Warrior queens in history
Alexander the Great was one of the most successful military commanders of all time, securing an empire that stretched from the Mediterranean to the Himalayan Mountains. He seems to have inherited much of his moxiefrom mom.
Alexanders mother, Olympias, was the fourth wife of Alexanders father. Even in ancient times, Olympias got a bad rap: The historian Plutarch accused her of sleeping with snakes as part of her religious rites.
When Alexanders dad took another wife, a Macedonian named Cleopatra, Olympias went into voluntary exile, only to return after her husband was assassinated an event that some historians suspect Olympias had a hand in. She then had Cleopatra murdered, along with Cleopatras infant child, helping secure her own sons succession to the throne. Olympias has also been accused of poisoning another child of Philip II, Philip III, who would survive with brain damage.
Exactly how ruthless Olympias really was is hard to say, said Brian Pavlac, a historian at Kings College in Pennsylvania. Historical women often get painted as especially cruel and vicious.
Cruel or not, Olympias political mechanizations put her at odds with Macedonias regent Antipater and his son Cassander while Alexander was off conquering the globe. Cassanders army eventually captured Olympias, and she was put to death in 316 B.C., outliving her famous son by seven years.
Isabella I, unifier of Spain
Known in U.S. history for funding Christopher Columbus journeys, Isabella was a driving force in unifying Spain. She straightened up her inherited kingdom of Castile, instituting criminal reform and bringing down the debt left to her by her brother, the previous ruler.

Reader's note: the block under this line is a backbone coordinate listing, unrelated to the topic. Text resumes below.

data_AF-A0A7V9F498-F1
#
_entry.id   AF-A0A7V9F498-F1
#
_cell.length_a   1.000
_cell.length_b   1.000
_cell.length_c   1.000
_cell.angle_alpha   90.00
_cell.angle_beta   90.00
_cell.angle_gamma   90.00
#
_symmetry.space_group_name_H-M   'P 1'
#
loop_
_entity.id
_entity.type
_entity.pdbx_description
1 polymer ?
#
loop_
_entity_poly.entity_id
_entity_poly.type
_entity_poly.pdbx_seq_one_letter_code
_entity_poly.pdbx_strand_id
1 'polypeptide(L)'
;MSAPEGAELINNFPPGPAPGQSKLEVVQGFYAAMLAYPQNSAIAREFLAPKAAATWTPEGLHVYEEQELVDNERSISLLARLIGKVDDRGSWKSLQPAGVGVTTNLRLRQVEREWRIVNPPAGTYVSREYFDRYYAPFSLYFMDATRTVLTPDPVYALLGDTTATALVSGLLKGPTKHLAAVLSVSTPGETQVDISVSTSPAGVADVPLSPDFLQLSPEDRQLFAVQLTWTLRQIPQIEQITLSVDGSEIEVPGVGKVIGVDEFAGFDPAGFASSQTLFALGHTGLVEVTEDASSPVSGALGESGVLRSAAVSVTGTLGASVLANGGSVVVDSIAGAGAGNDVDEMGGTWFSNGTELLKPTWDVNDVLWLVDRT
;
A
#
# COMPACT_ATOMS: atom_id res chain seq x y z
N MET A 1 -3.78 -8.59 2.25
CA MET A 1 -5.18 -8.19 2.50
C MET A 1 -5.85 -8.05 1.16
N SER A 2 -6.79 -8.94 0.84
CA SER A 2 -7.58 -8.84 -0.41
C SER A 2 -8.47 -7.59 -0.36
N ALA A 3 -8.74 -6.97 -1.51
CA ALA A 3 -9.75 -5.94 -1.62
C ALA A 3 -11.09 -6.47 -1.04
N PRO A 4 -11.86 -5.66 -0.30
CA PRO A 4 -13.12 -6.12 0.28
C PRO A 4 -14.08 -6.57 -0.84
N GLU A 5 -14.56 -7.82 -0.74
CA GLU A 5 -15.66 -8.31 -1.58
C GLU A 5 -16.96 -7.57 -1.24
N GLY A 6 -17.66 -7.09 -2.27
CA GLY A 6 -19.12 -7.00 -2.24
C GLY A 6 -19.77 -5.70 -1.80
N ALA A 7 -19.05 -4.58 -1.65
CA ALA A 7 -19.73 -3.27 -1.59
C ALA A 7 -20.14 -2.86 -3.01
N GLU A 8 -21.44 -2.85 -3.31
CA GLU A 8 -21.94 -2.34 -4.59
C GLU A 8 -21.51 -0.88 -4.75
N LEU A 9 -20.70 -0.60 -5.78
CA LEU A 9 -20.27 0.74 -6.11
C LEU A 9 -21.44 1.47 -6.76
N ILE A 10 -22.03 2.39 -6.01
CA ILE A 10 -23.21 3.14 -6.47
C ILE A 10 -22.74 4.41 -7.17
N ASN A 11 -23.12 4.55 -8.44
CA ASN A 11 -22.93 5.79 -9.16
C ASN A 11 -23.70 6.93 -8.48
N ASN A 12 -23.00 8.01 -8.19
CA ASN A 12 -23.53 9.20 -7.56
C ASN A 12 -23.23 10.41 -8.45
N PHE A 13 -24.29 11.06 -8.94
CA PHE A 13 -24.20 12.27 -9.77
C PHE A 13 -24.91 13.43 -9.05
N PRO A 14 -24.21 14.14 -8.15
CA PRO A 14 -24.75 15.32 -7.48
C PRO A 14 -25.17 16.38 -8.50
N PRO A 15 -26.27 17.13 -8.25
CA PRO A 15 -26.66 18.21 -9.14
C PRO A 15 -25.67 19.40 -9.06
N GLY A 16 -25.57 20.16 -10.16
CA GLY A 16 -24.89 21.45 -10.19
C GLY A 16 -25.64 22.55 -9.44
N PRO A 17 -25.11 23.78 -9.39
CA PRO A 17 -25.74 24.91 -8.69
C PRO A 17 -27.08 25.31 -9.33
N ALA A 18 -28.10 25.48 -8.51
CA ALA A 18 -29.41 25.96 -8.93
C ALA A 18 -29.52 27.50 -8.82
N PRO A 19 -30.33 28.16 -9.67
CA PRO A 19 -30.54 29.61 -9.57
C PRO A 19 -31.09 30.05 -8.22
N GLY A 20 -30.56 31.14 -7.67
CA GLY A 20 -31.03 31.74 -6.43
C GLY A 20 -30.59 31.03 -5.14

She is remembered with affection today, but Isabella was a bit ruthles. Part of her strategy to unite the kingdom involved compulsory Catholicism. Muslims and Jews had to convert or flee the country. In 1480, Isabella and her husband launched the Spanish Inquisition to enforce these edicts. All that, and she had six children to boot.
Wu Zetian, Chinas only empress
Wu then clawed her way up to the position of Empress, by having two sons and accusing the Emperors current (childless) wife of killing her daughter -though some historians have wondered if Wu didnt kill the baby herself.
As the Emperors health began to fail, Wus influence grew. She became empress dowager and regent after he died. In 690, she broke the rules again, claiming the throne as her own, the only woman to rule China as an independent sovereign.
Unlike many of the other tradition-busting moms on this list, Wu Zetian didnt get punished for her ambition (or her tendency to murder rivals). She ruled until the age of 82, when, seriously ill and facing challenges for the throne, she relinquished power to her third son. She died soon after.
Catherine de Medici, mother of three kings
The mother of three French kings, Catherine de Medici didnt get off to a great start. An Italian married off to a French prince in love with another woman, de Medici was at first this very marginalized person who could have been removed at any moment.
But 10 years after her marriage began, she started producing heirs. When de Medicis husband, King Henry II, died, one of their sons became king at the age of 15, only to die a year later. That brought de Medicis 10-year-old son Charles IX to the throne and promoted de Medici to regent.
Catherine de Medici ruled over a France divided by civil and religious warfare. She was no political genius, Pavlac said, but she did what she could to hold things together for her and her children.
In 1572, the Catholic Charles IX took a genocidal step, ordering Paris city gates closed and thousands of visiting Protestants killed. Blame for the St. Bartholomews Day Massacre, as it became known, fell into the queen mothers lap, cementing her reputation as treacherous and scheming. Nonetheless, she remained a powerful advisor to the next king, her third son Henry III.